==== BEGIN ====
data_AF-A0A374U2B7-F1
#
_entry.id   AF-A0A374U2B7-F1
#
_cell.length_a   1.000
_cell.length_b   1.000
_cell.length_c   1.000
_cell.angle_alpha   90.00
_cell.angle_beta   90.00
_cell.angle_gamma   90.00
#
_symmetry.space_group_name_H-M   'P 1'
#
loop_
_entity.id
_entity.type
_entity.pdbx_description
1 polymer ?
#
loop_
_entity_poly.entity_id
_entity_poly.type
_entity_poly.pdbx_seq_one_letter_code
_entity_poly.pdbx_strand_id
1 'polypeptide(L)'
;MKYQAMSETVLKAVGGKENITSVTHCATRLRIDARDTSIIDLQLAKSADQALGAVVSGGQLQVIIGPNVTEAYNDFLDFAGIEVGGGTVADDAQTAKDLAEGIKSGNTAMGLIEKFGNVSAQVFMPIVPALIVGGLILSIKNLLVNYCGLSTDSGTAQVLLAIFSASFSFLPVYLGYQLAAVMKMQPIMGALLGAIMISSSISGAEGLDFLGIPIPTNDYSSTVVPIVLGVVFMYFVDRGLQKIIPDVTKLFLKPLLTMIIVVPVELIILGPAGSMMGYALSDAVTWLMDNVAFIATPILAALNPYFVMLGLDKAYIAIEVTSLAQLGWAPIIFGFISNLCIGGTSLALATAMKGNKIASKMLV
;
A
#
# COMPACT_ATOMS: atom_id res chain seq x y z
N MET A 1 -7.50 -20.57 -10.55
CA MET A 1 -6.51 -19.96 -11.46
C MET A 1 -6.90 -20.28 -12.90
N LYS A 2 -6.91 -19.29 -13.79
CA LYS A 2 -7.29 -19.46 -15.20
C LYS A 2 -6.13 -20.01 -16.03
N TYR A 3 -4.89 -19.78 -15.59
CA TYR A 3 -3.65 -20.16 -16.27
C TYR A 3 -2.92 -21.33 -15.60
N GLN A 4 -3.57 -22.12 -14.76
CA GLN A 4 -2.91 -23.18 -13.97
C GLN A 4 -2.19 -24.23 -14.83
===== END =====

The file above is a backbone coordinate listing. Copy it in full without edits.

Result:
data_AF-A0A374U2B7-F1
#
_entry.id   AF-A0A374U2B7-F1
#
_cell.length_a   1.000
_cell.length_b   1.000
_cell.length_c   1.000
_cell.angle_alpha   90.00
_cell.angle_beta   90.00
_cell.angle_gamma   90.00
#
_symmetry.space_group_name_H-M   'P 1'
#
loop_
_entity.id
_entity.type
_entity.pdbx_description
1 polymer ?
#
loop_
_entity_poly.entity_id
_entity_poly.type
_entity_poly.pdbx_seq_one_letter_code
_entity_poly.pdbx_strand_id
1 'polypeptide(L)'
;MKYQAMSETVLKAVGGKENITSVTHCATRLRIDARDTSIIDLQLAKSADQALGAVVSGGQLQVIIGPNVTEAYNDFLDFAGIEVGGGTVADDAQTAKDLAEGIKSGNTAMGLIEKFGNVSAQVFMPIVPALIVGGLILSIKNLLVNYCGLSTDSGTAQVLLAIFSASFSFLPVYLGYQLAAVMKMQPIMGALLGAIMISSSISGAEGLDFLGIPIPTNDYSSTVVPIVLGVVFMYFVDRGLQKIIPDVTKLFLKPLLTMIIVVPVELIILGPAGSMMGYALSDAVTWLMDNVAFIATPILAALNPYFVMLGLDKAYIAIEVTSLAQLGWAPIIFGFISNLCIGGTSLALATAMKGNKIASKMLV
;
A
#
# COMPACT_ATOMS: atom_id res chain seq x y z
N MET A 1 -7.50 -20.57 -10.55
CA MET A 1 -6.51 -19.96 -11.46
C MET A 1 -6.90 -20.28 -12.90
N LYS A 2 -6.91 -19.29 -13.79
CA LYS A 2 -7.29 -19.46 -15.20
C LYS A 2 -6.13 -20.01 -16.03
N TYR A 3 -4.89 -19.78 -15.59
CA TYR A 3 -3.65 -20.16 -16.27
C TYR A 3 -2.92 -21.33 -15.60
N GLN A 4 -3.57 -22.12 -14.76
CA GLN A 4 -2.91 -23.18 -13.97
C GLN A 4 -2.19 -24.23 -14.83